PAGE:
Higher Intelligence Predicts Longer Lifespan?


A recent study in the International Journal of Epidemiology puts forward the proposal that: The association between intelligence and lifespan is mostly genetic

We are looking forward to more research in this area even though we are quick to be suspect of findings when genetics are put forward as the main or sole feature that accounts for the differences found.  Nonetheless, this is an interesting study.  They summarized their finding in plain language:

Key Messages

  • It has been reported that brighter people live longer; we asked ‘why?’.

  • We found, using data from three studies, that the small association between being brighter and living longer was mostly genetic in origin.

  • This is a key finding in cognitive epidemiology; it is a further indication that intelligence is not just ‘school-smarts’.

Comment on the forums

As Long as We Believe That We Need Things to Make Us Happy…


As long as we believe that we need things to make us happy, we shall also believe that in their absence we must be miserable. Mind always shapes itself according to its beliefs. Hence the importance of convincing oneself that one need not be prodded into happiness; that, on the contrary, pleasure is a distraction and a nuisance, for it merely increases the false conviction that one needs to have and do things to be happy when in reality it is just the opposite.

But why talk of happiness at all? You do not think of happiness except when you are unhappy. A man who says: ‘Now I am happy’, is between two sorrows — past and future. This happiness is mere excitement caused by relief from pain. Real happiness is utterly unselfconscious. It is best expressed negatively as: ‘there is nothing wrong with me. I have nothing to worry about’. After all, the ultimate purpose of all sadhana [spiritual practices] is to reach a point, when this conviction, instead of being only verbal, is based on the actual and ever-present experience.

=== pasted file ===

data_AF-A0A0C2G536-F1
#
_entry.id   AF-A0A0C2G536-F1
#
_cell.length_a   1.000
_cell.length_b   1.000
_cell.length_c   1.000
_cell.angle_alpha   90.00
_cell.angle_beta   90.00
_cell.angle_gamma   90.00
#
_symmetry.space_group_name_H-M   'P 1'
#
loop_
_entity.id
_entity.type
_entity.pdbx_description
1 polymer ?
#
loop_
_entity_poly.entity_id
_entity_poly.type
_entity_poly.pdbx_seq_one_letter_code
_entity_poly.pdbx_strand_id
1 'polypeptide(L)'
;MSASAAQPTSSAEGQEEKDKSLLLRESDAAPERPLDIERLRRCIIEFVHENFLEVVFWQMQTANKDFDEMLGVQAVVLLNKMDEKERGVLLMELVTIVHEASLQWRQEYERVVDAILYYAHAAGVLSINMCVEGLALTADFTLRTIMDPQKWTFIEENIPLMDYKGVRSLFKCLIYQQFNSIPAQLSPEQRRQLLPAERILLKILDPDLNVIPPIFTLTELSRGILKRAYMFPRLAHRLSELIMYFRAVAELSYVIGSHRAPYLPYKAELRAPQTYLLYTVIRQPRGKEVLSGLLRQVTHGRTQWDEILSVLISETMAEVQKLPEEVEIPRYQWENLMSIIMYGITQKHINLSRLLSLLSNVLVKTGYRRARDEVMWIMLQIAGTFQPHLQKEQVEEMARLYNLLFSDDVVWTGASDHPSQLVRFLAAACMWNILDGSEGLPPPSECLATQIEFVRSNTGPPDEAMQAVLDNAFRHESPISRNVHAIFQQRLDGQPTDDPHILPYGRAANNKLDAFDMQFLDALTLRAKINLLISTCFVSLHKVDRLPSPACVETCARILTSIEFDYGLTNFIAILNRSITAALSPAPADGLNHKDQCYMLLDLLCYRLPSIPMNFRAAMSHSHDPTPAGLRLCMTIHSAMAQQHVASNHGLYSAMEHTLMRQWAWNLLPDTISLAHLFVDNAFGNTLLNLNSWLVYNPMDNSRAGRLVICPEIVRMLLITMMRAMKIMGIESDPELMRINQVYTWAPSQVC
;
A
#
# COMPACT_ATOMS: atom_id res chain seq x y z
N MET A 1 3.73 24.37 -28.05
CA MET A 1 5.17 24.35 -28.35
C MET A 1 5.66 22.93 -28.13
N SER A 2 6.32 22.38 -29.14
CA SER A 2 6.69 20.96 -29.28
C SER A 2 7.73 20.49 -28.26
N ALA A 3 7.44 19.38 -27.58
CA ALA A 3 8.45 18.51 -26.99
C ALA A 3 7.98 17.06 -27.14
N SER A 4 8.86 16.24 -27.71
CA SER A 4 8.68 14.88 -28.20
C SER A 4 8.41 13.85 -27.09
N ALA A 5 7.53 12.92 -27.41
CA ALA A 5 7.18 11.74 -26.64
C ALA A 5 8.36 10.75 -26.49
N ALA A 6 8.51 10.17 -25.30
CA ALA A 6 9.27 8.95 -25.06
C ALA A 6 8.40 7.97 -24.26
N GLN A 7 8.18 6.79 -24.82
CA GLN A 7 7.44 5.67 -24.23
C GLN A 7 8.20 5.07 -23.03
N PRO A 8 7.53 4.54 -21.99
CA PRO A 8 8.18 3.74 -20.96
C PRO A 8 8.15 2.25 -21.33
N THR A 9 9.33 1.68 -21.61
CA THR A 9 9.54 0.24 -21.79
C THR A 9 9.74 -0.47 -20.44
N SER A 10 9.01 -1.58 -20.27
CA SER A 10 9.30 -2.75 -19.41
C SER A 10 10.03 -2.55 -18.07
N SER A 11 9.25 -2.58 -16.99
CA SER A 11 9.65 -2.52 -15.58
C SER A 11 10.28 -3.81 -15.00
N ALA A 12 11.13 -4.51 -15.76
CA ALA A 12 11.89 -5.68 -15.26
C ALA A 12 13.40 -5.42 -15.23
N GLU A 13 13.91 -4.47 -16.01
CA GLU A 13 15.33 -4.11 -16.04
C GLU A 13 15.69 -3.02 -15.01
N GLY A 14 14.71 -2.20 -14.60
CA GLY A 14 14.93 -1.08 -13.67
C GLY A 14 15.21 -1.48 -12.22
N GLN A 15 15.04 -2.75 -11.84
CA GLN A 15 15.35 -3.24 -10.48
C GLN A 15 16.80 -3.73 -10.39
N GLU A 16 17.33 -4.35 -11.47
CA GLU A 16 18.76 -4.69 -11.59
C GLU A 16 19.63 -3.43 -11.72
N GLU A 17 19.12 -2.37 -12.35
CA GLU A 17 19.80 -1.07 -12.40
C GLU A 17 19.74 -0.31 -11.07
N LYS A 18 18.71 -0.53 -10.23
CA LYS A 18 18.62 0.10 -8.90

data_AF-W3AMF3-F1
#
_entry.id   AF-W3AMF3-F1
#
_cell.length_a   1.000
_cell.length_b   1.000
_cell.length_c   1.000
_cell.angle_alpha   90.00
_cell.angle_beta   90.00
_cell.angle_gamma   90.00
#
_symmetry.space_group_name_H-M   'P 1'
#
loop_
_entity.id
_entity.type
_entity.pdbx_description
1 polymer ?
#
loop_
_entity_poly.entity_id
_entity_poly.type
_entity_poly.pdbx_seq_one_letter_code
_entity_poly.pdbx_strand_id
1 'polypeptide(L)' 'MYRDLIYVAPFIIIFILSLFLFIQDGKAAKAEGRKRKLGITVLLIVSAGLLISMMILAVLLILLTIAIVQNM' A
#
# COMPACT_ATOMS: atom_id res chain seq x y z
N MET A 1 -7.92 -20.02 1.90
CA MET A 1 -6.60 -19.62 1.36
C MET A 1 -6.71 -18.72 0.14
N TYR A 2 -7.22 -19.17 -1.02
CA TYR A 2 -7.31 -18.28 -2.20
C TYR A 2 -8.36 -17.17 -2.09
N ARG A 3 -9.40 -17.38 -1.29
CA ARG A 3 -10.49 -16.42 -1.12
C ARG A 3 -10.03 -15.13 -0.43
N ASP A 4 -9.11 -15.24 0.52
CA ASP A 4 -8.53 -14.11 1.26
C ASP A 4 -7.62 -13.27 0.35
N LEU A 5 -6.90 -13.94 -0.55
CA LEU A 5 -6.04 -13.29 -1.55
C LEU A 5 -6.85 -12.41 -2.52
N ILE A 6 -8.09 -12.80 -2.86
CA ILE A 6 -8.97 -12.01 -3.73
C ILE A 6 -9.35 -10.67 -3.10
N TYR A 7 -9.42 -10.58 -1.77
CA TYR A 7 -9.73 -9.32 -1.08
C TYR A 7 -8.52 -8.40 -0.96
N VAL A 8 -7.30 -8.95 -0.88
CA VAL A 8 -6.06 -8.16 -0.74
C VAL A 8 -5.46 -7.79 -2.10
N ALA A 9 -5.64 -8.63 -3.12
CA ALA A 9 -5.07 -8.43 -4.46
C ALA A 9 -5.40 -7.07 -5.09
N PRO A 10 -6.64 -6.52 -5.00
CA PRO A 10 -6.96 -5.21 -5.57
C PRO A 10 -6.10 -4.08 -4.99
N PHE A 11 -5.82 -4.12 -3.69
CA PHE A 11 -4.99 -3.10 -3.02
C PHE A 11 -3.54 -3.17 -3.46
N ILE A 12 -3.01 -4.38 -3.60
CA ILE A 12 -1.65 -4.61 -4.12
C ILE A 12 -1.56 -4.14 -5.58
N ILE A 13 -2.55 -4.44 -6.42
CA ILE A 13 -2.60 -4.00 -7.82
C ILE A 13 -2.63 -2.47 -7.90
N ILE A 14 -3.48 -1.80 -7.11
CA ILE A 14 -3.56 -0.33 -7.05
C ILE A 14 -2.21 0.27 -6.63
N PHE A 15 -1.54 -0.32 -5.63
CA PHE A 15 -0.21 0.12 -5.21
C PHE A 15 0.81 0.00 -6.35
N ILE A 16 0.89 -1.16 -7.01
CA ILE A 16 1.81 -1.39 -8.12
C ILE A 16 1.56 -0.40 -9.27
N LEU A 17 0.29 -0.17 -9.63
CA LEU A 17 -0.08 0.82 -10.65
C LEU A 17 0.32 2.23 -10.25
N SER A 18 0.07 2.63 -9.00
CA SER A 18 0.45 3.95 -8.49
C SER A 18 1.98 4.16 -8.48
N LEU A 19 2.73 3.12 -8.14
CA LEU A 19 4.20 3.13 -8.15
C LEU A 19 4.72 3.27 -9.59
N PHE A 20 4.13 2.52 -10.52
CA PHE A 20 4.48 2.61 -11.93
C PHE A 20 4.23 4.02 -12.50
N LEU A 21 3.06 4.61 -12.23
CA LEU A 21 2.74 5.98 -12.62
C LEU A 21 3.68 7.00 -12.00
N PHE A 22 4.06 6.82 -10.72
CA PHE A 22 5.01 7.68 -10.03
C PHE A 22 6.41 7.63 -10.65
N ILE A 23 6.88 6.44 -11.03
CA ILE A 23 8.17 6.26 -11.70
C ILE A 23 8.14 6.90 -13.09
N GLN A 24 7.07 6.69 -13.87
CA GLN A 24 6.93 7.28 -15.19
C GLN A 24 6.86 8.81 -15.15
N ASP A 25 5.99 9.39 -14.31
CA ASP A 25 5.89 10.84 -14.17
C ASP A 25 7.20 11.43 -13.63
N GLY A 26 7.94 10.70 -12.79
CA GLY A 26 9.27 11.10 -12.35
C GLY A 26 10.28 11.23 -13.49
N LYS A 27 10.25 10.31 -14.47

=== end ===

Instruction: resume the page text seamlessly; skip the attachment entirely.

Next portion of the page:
Nisargadatta Maharaj

Comment on the forums

Paul Stamets on the Question of Should you eat raw Mushrooms


Paul Stamets, a well known and esteemed mycologist, answers the question of whether or not mushrooms should be eaten raw for nutritional or health benefits.

The crux of the answer is contained in the following quote but his article goes into more detail:

No, absolutely not! Raw mushrooms are largely indigestible because of their tough cell walls, mainly composed of chitin. Eating raw mushrooms can provide flavor, but not nutritional or health benefits. In some cases, eating raw mushrooms could be dangerous.

Paleolithic Diet Decreases Cardiovascular Risk Factors in Type 2 Diabetes


Or so says a study from 2009 in the Journal of Cardiovascular Diabetology.

Background: Our aim was to compare the effects of a Paleolithic (‘Old Stone Age’) diet and a diabetes diet as generally recommended on risk factors for cardiovascular disease in patients with type 2 diabetes not treated with insulin.

Conclusion: Over a 3-month study period, a Paleolithic diet improved glycemic control and several cardiovascular risk factors compared to a Diabetes diet in patients with type 2 diabetes.

For more information visit the study: Beneficial effects of a Paleolithic diet on cardiovascular risk factors in type 2 diabetes: a randomized cross-over pilot study.

Comment on the forum

Lyme Disease on the Rise


See this interesting article from qz.com:

Lyme disease is spreading faster than ever and humans are partly to blame

Nymphs, though, are roughly half the size of adults, about the size of a poppy seed. Tiny enough to pass for a smallish mole or freckle, they’re far harder to find than adults are; no surprise, then, that most human Lyme infections come from nymphs. All you can do is to take precautions against getting bitten, search for ticks thoroughly, remove them carefully if you find them, and look out for Lyme symptoms afterwards. Here’s advice on how to do all those things.

We have a thread on our discussion forum about Lyme disease.